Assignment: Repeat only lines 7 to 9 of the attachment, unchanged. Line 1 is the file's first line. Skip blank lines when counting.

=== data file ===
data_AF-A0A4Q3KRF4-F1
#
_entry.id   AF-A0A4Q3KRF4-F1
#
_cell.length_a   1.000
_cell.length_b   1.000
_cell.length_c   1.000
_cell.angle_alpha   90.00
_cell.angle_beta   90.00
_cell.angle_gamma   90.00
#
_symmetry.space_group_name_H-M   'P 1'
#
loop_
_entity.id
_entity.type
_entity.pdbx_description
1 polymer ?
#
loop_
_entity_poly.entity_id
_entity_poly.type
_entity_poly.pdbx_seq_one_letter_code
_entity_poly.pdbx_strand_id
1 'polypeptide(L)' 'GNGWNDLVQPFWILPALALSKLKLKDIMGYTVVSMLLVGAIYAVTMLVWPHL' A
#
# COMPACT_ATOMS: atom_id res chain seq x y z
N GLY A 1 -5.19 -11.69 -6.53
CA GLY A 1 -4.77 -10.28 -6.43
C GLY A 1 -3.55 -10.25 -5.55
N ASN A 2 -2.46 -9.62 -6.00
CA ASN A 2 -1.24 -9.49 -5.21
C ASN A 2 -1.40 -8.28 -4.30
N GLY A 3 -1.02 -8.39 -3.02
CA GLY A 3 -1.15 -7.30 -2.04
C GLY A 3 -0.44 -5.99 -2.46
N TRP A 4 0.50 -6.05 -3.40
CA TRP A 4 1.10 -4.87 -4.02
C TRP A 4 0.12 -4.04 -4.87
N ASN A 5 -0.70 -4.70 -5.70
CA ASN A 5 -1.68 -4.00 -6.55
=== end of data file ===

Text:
_cell.length_c   1.000
_cell.angle_alpha   90.00
_cell.angle_beta   90.00